Rivera's first two seasons at the helm in Carolina didn't go that well. The Panthers went 6-10 his first season and 7-9 in Year 2. It wasn't until the third season that they made the playoffs. They lost in the divisional round in 2013 and 2014 before making it to the Super Bowl, losing to the Broncos, in 2015. 

That's probably why Rivera understands patience. And it's probably why he thinks Pederson has done a pretty good job so far. 

"I think he's done outstanding," Rivera said. "I think last year was one of those things where they got off to a hot start and expectations rose way too quick for them, to be fair. I think right now, they're exactly where they should be. I think that first year is always tough and you just try to win as many as you can but at the same time, you have to temper your expectations. I think he's done a great job with that. I love the way they've come out. I like the energy and the way he coaches."

No Fletch, no problem
The Eagles have been without Fletcher Cox for the last two games and the defensive line has held it together. Sure, the Eagles really miss their best defensive player but Beau Allen has played well in his place and Tim Jernigan has taken his game to a different level. 

"They're just taking it upon themselves," Pederson said. "I did challenge the D-line last week [that] we’ve got to generate some pass rush and they were able to do that last week and create some edges and it just boils down to each man just doing his job and doing his assignment. Whether your top pass rusher is there or not, you’ve got to figure out ways. With [Jim Schwartz] and (defensive line coach) Chris Wilson, they are utilizing the stunt games and line games and things that create some edges for the D-linemen to get to the quarterback."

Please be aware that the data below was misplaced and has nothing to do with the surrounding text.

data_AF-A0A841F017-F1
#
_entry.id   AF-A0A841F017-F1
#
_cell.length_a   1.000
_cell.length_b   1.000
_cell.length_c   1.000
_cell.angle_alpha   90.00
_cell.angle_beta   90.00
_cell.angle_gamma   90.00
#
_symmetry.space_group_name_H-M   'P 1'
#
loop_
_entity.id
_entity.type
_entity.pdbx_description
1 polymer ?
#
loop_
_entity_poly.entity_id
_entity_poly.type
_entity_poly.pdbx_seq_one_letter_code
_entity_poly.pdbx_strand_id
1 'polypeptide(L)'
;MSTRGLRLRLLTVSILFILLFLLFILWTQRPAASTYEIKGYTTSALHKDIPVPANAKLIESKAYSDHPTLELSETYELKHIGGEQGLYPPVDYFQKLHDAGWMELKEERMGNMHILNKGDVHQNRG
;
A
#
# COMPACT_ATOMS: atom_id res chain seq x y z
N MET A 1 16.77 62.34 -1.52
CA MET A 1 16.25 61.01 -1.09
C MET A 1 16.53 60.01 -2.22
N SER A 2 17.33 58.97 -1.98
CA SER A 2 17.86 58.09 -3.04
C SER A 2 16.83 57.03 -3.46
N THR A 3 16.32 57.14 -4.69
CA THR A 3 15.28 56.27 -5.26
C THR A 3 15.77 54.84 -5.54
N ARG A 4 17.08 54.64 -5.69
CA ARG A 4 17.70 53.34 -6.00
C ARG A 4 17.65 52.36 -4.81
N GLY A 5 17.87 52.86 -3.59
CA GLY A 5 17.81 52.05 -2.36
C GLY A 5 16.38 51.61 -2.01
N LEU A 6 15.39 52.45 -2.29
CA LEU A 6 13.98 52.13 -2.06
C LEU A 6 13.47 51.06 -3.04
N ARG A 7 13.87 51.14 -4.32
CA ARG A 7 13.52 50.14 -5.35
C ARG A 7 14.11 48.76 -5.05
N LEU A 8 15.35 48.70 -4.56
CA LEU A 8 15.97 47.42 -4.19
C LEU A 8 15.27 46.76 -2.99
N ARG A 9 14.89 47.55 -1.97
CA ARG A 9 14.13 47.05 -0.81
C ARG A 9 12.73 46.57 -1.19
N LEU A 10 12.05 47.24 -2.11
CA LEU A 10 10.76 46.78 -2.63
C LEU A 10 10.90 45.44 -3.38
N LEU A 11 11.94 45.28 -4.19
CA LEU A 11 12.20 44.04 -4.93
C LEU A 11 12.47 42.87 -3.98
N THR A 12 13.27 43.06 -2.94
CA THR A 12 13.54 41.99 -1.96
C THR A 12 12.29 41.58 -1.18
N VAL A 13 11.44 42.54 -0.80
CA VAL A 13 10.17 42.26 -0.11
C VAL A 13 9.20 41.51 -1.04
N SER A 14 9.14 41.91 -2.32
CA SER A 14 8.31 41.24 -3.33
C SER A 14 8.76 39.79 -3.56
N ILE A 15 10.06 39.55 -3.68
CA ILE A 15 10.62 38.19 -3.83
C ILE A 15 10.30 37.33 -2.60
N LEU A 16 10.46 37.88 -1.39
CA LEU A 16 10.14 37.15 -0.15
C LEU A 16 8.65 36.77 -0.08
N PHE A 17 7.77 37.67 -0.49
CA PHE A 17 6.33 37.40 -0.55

In place of Cox, Allen and Jernigan have gotten most of the work, but Vinny Curry and Brandon Graham have been playing inside on third downs. And Elijah Qualls and Justin Hamilton have gotten snaps as well. 

In addition to Cox, the team has also been without fourth option Destiny Vaeao, who is questionable heading into Thursday's game. 

Seeing Seumalo? 
Isaac Seumalo, who began the season as the Eagles' starting left guard, has been inactive for the past two weeks, but should dress on Thursday because of Lane Johnson's concussion. That doesn't mean he'll get playing time at his old post. 

The Eagles are going to continue their left guard rotation on Thursday, but Stefen Wisniewski will start and get most of the snaps, with Chance Warmack rotating in occasionally. 

There's a chance we could see Seumalo, though. This season, the Eagles have used Halapoulivaati Vaitai as an extra tackle/tight end in some run formations. “Big V” won't be able to do that against the Panthers because he'll be starting at right tackle.